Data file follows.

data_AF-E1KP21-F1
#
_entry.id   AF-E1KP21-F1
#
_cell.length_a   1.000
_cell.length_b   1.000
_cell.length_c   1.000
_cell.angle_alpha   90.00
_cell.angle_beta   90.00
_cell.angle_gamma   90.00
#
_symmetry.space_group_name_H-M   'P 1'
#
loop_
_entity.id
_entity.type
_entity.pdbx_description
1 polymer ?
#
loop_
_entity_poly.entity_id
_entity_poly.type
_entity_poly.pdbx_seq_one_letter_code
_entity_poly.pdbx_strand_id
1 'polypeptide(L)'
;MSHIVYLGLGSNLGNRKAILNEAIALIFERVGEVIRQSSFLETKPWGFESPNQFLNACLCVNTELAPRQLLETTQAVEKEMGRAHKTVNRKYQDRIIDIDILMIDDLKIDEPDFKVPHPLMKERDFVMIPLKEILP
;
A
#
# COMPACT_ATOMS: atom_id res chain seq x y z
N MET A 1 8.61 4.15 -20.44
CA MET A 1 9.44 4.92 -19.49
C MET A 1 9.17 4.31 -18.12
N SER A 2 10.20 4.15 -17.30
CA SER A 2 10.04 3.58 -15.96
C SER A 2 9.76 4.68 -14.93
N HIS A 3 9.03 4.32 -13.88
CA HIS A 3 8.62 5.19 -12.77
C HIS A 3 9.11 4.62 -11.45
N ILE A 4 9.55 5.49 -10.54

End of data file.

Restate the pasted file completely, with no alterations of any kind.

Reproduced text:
data_AF-E1KP21-F1
#
_entry.id   AF-E1KP21-F1
#
_cell.length_a   1.000
_cell.length_b   1.000
_cell.length_c   1.000
_cell.angle_alpha   90.00
_cell.angle_beta   90.00
_cell.angle_gamma   90.00
#
_symmetry.space_group_name_H-M   'P 1'
#
loop_
_entity.id
_entity.type
_entity.pdbx_description
1 polymer ?
#
loop_
_entity_poly.entity_id
_entity_poly.type
_entity_poly.pdbx_seq_one_letter_code
_entity_poly.pdbx_strand_id
1 'polypeptide(L)'
;MSHIVYLGLGSNLGNRKAILNEAIALIFERVGEVIRQSSFLETKPWGFESPNQFLNACLCVNTELAPRQLLETTQAVEKEMGRAHKTVNRKYQDRIIDIDILMIDDLKIDEPDFKVPHPLMKERDFVMIPLKEILP
;
A
#
# COMPACT_ATOMS: atom_id res chain seq x y z
N MET A 1 8.61 4.15 -20.44
CA MET A 1 9.44 4.92 -19.49
C MET A 1 9.17 4.31 -18.12
N SER A 2 10.20 4.15 -17.30
CA SER A 2 10.04 3.58 -15.96
C SER A 2 9.76 4.68 -14.93
N HIS A 3 9.03 4.32 -13.88
CA HIS A 3 8.62 5.19 -12.77
C HIS A 3 9.11 4.62 -11.45
N ILE A 4 9.55 5.49 -10.54